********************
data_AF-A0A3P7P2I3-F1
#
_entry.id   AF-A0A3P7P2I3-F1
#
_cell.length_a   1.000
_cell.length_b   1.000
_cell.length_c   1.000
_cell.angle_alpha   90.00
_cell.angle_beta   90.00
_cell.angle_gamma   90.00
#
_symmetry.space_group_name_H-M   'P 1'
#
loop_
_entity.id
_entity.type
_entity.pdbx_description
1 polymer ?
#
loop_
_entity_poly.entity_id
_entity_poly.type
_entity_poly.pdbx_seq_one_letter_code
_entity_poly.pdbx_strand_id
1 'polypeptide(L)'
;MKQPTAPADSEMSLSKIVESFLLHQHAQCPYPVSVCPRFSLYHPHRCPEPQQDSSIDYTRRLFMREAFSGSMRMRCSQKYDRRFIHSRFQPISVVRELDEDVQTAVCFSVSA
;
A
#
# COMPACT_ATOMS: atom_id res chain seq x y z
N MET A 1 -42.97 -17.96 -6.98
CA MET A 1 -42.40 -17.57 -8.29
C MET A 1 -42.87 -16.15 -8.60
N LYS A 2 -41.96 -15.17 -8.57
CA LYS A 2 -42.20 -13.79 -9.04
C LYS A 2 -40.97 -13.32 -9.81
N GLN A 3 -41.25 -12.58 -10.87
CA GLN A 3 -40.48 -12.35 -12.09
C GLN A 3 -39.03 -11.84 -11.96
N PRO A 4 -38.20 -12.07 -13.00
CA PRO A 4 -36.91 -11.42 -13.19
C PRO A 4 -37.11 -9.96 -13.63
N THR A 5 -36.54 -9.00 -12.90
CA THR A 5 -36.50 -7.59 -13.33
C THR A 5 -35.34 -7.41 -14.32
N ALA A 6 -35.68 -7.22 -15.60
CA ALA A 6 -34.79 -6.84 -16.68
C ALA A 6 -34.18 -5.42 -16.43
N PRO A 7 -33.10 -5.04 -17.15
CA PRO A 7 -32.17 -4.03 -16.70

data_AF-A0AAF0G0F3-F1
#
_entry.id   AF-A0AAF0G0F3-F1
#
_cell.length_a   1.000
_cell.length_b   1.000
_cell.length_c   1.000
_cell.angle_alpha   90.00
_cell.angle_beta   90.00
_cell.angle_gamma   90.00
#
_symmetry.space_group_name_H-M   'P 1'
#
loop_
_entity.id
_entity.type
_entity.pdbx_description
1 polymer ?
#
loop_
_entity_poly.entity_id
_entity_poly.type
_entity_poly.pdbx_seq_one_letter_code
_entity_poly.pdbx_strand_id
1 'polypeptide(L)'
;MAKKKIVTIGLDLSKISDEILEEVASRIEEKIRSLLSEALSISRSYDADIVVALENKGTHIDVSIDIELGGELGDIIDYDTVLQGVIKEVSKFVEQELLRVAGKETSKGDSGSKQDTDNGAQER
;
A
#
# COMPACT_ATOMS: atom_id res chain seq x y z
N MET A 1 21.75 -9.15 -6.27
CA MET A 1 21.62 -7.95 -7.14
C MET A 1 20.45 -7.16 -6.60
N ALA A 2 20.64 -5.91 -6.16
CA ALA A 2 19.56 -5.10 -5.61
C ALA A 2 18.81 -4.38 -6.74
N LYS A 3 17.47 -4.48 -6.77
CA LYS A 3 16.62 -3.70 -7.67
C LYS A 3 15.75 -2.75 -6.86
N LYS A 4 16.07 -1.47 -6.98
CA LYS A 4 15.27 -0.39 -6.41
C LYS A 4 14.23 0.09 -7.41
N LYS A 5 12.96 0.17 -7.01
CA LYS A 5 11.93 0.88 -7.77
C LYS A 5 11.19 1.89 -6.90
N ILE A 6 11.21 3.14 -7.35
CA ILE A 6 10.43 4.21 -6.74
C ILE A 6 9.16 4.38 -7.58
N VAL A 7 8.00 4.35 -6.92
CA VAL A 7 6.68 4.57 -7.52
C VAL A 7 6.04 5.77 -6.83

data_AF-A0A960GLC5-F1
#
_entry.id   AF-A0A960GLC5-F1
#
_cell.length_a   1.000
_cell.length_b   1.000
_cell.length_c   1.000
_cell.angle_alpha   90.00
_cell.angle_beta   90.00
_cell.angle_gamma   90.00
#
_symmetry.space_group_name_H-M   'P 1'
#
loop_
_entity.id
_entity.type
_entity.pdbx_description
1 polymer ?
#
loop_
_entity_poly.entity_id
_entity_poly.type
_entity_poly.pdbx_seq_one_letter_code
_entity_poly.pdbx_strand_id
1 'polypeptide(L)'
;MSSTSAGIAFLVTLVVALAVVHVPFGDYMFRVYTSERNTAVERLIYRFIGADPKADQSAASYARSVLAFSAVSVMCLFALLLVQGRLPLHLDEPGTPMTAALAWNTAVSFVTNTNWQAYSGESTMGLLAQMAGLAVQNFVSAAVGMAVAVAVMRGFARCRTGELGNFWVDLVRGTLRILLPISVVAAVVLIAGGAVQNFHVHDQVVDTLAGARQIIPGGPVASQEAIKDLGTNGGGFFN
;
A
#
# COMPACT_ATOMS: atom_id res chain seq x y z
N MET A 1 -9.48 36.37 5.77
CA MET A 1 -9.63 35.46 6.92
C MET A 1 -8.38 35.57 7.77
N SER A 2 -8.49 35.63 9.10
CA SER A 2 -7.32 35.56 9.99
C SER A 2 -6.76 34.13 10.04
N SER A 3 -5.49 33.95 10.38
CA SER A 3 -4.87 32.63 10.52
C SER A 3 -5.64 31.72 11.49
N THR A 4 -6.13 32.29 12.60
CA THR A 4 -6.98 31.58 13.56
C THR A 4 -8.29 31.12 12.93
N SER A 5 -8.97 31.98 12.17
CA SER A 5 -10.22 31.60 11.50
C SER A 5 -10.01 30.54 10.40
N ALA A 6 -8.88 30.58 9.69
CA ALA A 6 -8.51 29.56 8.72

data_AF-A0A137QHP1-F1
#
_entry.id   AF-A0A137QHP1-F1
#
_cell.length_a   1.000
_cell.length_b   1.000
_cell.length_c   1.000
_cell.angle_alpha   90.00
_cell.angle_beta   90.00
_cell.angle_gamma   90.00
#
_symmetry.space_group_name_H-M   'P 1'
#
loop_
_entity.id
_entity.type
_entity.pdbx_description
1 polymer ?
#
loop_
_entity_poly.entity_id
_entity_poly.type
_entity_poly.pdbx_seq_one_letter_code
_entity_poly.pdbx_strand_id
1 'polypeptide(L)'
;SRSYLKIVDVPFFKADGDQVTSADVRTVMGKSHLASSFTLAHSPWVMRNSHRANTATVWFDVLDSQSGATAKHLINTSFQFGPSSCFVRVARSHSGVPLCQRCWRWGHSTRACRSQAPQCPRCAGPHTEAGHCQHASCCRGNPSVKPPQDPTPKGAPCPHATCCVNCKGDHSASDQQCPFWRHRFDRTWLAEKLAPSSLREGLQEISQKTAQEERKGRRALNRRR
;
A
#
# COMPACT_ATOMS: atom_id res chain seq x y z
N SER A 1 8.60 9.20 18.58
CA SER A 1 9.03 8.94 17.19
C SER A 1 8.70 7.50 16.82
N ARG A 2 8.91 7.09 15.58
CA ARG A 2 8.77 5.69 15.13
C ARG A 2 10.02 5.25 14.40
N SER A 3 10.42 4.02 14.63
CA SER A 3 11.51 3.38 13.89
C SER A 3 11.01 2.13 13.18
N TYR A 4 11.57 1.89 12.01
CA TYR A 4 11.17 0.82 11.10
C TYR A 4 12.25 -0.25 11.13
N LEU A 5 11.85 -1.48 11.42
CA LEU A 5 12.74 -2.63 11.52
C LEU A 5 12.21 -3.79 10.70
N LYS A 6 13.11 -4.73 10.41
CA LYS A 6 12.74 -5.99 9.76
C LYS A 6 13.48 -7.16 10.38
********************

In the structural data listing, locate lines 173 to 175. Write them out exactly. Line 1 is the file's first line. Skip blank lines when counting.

1 'polypeptide(L)'
;SRSYLKIVDVPFFKADGDQVTSADVRTVMGKSHLASSFTLAHSPWVMRNSHRANTATVWFDVLDSQSGATAKHLINTSFQFGPSSCFVRVARSHSGVPLCQRCWRWGHSTRACRSQAPQCPRCAGPHTEAGHCQHASCCRGNPSVKPPQDPTPKGAPCPHATCCVNCKGDHSASDQQCPFWRHRFDRTWLAEKLAPSSLREGLQEISQKTAQEERKGRRALNRRR
;